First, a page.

One Size Does Not Fit All

One Size Does Not Fit All

Steve Polo

What size really fits?


Dear Friends and Colleagues,

When I was ten or eleven years old, my mom took me into a department store to buy my first suit. When the salesperson approached us, asked how he could help, and what size were we looking for, my mother said, “We’re looking for my son’s first suit, and I think it should be a little big, so he’ll have room to grow into it.”

The salesperson paused for a second and said, “So it won’t really fit him now, and if he doesn’t grow too fast, it won’t fit him later, and if he grows really fast, it won’t fit him then either, right?” Before my mom could answer him, he said, “But if you buy him a suit that fits now, then he’ll look good, be more likely to wear it – and you won’t have wasted your money.”

For a second, I thought my mom was going to storm out of the store.

We bought my first suit that day, and guess what? It fit.

I tell you that story because we’re in a place where we have the challenge (and opportunity) of deciding what is the best ‘fit’ for our new workplace. How do we know what ‘fits’? And what does ‘fit’ really mean? Deciding whether a suit fits is pretty easy – just measure the person and match the size. For a workplace, what do we measure? Do we measure strategy, supporting people, size, innovation capacity…? And once we figure out what to measure, do we make decisions that fit our here-and-now, or ones that we might grow into? Do we rely on others’ opinions? Do we follow trends, or develop our own?  Are we following best practices, or are we developing leading practices? Do we listen to our mothers? (OK, yes, we should do that - but you get the point.)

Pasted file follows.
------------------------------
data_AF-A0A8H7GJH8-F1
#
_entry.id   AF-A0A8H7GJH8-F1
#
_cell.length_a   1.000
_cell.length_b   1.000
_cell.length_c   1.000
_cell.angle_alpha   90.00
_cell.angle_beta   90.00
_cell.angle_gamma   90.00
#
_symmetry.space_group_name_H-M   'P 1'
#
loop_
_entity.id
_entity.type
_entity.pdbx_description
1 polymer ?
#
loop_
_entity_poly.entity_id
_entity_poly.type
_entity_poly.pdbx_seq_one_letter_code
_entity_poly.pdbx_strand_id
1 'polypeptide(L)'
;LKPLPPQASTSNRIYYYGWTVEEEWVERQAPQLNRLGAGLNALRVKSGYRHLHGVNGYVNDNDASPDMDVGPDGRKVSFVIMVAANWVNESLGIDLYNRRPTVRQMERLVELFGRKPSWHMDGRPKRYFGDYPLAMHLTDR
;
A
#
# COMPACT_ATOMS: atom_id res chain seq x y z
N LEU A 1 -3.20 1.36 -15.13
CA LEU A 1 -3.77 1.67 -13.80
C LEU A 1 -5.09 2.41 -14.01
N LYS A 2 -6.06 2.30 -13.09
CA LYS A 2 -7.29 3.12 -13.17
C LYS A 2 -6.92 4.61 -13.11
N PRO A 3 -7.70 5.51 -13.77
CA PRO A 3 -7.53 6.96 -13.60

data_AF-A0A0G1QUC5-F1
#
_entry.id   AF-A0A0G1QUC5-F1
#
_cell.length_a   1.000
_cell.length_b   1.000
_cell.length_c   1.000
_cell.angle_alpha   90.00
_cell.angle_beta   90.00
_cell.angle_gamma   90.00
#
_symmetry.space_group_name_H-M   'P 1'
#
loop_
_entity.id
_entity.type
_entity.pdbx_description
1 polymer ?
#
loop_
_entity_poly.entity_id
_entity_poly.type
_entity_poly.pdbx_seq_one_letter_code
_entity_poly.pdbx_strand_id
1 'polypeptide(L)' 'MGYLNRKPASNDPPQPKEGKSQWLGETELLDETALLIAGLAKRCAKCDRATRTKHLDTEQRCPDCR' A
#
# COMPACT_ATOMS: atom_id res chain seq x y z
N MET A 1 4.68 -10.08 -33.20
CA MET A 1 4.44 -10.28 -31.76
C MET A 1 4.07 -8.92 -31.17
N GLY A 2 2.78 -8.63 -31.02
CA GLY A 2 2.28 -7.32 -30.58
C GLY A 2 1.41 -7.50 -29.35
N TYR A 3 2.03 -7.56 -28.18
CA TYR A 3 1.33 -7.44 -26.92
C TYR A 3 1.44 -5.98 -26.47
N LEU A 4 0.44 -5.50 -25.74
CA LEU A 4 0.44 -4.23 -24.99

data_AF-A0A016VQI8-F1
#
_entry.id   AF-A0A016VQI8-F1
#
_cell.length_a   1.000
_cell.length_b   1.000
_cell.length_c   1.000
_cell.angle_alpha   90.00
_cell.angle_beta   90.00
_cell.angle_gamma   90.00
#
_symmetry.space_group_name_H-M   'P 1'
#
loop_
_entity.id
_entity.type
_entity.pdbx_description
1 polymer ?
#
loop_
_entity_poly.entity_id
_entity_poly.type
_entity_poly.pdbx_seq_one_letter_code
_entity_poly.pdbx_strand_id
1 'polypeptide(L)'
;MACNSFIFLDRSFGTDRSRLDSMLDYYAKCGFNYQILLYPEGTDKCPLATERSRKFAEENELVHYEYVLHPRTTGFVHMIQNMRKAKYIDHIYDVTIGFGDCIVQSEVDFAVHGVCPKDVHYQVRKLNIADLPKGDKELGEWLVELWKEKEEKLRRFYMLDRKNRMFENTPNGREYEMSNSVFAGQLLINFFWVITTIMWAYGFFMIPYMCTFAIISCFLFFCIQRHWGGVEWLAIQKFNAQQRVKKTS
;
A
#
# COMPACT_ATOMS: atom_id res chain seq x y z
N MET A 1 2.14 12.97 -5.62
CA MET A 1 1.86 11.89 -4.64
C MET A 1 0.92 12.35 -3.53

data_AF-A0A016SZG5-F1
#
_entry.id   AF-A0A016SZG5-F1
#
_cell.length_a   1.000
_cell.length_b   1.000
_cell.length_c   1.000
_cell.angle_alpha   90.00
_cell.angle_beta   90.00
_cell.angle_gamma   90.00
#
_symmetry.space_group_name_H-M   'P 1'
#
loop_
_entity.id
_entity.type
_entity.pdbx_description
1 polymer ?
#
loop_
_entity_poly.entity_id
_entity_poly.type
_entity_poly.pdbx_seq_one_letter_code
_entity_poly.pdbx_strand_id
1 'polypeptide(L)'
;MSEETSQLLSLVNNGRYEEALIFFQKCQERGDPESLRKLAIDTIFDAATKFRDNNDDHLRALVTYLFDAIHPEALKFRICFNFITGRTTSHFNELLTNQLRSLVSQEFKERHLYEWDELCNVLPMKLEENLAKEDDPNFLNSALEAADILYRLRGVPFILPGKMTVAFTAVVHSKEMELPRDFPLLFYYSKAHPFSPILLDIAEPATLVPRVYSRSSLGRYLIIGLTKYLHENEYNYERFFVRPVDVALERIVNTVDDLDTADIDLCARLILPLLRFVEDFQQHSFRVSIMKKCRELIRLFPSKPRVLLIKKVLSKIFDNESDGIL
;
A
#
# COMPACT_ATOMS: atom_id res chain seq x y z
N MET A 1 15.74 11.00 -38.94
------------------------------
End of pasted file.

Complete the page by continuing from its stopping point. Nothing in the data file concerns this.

Much of the discussion has been about going back to the office or not going back to the office. Either/or questions like these are often missing the nuances required to make better decisions. And even if these decisions were just binary – what does ‘go back’ or ‘not go back’ mean? This crisis, filled with nuances and uncertainties, is difficult, but presents us with the challenging and rewarding opportunity to re-design how we operate.

Initially, companies started planning for a return to work, but quickly realized the scope of the challenges. Much of that initial push was predicated on reclaiming an unused asset - the office space. But smart companies soon realized that all the most valuable assets were at home being productive and carrying on the work! (See our Your Most Valuable Asset blog post here.)

The truth is no one knows what to do. What we’re finding now is that organizations started making decisions too soon – too soon because there wasn’t enough time for a number of things to unfold and develop. And because companies didn’t have enough, or the correct, data to guide the decision-making, there wasn’t an informed way to decide what ‘fits.’

In the search for quick answers, my favorite current catch-all, the ‘hybrid office,’ is gaining traction without definition of what kind of hybrid? Is your new workplace a cheetah that is stronger, or an elephant that is faster? The key will be to gain knowledge about how much of each part of the business we should combine, and even which parts we need to start with. Combining the right things in the right ways will be critical, but if they aren’t right, remember Frankenstein’s monster? He was a hybrid too!